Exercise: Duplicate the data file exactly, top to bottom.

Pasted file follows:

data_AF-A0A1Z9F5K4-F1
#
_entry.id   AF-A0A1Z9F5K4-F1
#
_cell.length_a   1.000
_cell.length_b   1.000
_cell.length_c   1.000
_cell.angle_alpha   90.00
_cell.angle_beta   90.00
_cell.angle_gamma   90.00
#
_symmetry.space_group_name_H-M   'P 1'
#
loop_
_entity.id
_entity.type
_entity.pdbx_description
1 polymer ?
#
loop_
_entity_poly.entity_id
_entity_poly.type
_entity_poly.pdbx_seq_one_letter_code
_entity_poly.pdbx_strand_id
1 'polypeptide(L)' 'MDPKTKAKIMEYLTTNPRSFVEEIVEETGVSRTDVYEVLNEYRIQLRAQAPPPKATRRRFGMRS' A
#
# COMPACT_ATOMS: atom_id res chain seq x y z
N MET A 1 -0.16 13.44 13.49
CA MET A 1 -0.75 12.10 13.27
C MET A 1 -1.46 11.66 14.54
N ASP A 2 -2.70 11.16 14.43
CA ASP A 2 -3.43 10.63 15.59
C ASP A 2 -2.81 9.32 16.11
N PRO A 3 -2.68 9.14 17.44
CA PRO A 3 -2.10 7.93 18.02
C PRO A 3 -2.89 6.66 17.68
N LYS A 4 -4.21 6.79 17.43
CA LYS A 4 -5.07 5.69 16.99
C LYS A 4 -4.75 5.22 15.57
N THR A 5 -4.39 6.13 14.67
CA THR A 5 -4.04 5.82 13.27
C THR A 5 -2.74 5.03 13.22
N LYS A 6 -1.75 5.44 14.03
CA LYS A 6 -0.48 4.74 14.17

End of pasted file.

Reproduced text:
data_AF-A0A1Z9F5K4-F1
#
_entry.id   AF-A0A1Z9F5K4-F1
#
_cell.length_a   1.000
_cell.length_b   1.000
_cell.length_c   1.000
_cell.angle_alpha   90.00
_cell.angle_beta   90.00
_cell.angle_gamma   90.00
#
_symmetry.space_group_name_H-M   'P 1'
#
loop_
_entity.id
_entity.type
_entity.pdbx_description
1 polymer ?
#
loop_
_entity_poly.entity_id
_entity_poly.type
_entity_poly.pdbx_seq_one_letter_code
_entity_poly.pdbx_strand_id
1 'polypeptide(L)' 'MDPKTKAKIMEYLTTNPRSFVEEIVEETGVSRTDVYEVLNEYRIQLRAQAPPPKATRRRFGMRS' A
#
# COMPACT_ATOMS: atom_id res chain seq x y z
N MET A 1 -0.16 13.44 13.49
CA MET A 1 -0.75 12.10 13.27
C MET A 1 -1.46 11.66 14.54
N ASP A 2 -2.70 11.16 14.43
CA ASP A 2 -3.43 10.63 15.59
C ASP A 2 -2.81 9.32 16.11
N PRO A 3 -2.68 9.14 17.44
CA PRO A 3 -2.10 7.93 18.02
C PRO A 3 -2.89 6.66 17.68
N LYS A 4 -4.21 6.79 17.43
CA LYS A 4 -5.07 5.69 16.99
C LYS A 4 -4.75 5.22 15.57
N THR A 5 -4.39 6.13 14.67
CA THR A 5 -4.04 5.82 13.27
C THR A 5 -2.74 5.03 13.22
N LYS A 6 -1.75 5.44 14.03
CA LYS A 6 -0.48 4.74 14.17